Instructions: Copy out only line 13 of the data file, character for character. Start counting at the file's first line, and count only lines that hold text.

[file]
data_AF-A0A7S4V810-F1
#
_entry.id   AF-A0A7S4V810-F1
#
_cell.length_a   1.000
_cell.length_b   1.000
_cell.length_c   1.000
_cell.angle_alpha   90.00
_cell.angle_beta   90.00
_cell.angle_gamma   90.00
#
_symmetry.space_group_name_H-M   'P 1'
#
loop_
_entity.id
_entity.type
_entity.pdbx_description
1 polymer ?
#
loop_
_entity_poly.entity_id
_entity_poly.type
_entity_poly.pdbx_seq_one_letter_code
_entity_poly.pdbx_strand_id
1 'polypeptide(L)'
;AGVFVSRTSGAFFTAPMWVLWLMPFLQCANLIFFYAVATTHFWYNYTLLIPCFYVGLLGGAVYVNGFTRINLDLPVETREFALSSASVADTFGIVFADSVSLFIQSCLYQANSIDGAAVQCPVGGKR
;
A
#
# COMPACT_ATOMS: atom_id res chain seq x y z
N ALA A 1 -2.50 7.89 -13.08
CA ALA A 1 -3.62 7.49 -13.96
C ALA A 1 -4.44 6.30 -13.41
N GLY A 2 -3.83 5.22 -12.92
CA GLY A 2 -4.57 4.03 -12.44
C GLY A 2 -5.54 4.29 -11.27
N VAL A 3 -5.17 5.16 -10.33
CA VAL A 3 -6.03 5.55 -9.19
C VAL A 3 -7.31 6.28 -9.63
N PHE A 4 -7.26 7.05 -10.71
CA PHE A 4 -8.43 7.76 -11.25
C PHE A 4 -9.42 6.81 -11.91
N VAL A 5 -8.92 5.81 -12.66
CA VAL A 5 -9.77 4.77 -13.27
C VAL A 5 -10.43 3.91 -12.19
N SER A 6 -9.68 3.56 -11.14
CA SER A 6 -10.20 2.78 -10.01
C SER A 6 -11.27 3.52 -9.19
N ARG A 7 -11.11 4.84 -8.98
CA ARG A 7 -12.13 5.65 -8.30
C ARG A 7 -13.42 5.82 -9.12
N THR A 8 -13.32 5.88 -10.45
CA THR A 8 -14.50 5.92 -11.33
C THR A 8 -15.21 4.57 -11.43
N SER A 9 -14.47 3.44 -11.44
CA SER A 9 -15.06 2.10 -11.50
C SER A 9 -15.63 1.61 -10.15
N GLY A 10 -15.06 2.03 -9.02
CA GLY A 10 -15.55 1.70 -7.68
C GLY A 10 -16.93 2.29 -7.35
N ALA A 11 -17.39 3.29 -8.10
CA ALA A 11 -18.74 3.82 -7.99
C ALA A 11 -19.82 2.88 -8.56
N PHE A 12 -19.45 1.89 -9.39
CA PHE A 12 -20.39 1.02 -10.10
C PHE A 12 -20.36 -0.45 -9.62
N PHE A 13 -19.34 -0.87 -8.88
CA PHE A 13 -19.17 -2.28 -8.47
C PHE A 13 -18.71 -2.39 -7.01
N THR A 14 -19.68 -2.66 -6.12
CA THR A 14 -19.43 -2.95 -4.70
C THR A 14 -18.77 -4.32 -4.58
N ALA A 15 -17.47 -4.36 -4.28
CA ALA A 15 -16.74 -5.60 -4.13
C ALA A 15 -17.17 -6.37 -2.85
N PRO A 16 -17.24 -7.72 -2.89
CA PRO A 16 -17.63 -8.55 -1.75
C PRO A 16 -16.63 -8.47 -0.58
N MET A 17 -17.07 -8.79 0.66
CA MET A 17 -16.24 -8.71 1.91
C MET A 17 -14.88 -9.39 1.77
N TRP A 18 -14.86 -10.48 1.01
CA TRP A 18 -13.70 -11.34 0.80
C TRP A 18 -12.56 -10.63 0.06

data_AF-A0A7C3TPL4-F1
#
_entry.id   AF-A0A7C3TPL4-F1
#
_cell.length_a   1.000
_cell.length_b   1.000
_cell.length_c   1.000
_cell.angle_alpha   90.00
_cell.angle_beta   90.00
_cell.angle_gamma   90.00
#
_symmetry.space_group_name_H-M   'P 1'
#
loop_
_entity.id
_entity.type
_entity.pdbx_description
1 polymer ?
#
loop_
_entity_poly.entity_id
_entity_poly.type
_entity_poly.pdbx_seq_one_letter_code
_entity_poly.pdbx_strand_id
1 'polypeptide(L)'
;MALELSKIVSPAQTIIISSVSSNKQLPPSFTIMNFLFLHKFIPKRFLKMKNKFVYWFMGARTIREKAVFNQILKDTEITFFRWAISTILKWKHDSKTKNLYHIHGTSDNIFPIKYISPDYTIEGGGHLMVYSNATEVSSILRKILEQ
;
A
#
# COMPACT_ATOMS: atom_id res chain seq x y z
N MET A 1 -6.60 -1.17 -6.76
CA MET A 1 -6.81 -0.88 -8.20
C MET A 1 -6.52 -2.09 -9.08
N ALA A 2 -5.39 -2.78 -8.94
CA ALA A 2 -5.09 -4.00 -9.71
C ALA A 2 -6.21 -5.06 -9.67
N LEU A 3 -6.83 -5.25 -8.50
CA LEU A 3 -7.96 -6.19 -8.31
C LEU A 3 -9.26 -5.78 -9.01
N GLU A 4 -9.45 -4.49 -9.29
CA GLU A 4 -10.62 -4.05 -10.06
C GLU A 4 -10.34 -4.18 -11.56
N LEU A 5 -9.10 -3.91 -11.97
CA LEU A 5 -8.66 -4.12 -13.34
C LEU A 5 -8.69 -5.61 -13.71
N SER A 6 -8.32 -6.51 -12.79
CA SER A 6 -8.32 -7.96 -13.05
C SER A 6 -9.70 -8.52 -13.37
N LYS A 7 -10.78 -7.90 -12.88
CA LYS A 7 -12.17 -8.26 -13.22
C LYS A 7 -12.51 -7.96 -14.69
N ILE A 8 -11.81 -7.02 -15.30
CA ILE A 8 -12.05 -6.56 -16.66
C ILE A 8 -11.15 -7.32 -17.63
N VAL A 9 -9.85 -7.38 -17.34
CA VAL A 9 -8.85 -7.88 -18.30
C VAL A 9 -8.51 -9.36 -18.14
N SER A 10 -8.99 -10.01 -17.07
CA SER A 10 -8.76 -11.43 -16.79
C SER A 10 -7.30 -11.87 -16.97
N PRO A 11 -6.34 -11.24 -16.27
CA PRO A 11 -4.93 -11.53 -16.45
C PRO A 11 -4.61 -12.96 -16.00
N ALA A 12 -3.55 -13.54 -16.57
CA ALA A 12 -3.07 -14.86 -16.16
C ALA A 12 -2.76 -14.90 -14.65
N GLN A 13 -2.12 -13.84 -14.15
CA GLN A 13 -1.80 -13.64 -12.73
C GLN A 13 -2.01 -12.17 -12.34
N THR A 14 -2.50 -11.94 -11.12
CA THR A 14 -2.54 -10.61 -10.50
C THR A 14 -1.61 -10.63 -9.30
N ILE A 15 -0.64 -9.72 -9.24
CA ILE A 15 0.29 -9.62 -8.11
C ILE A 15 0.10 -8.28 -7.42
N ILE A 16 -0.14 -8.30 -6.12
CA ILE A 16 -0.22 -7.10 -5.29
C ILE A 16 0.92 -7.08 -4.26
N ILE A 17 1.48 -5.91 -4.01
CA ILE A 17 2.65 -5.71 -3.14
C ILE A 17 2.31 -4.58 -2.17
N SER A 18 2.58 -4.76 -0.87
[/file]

#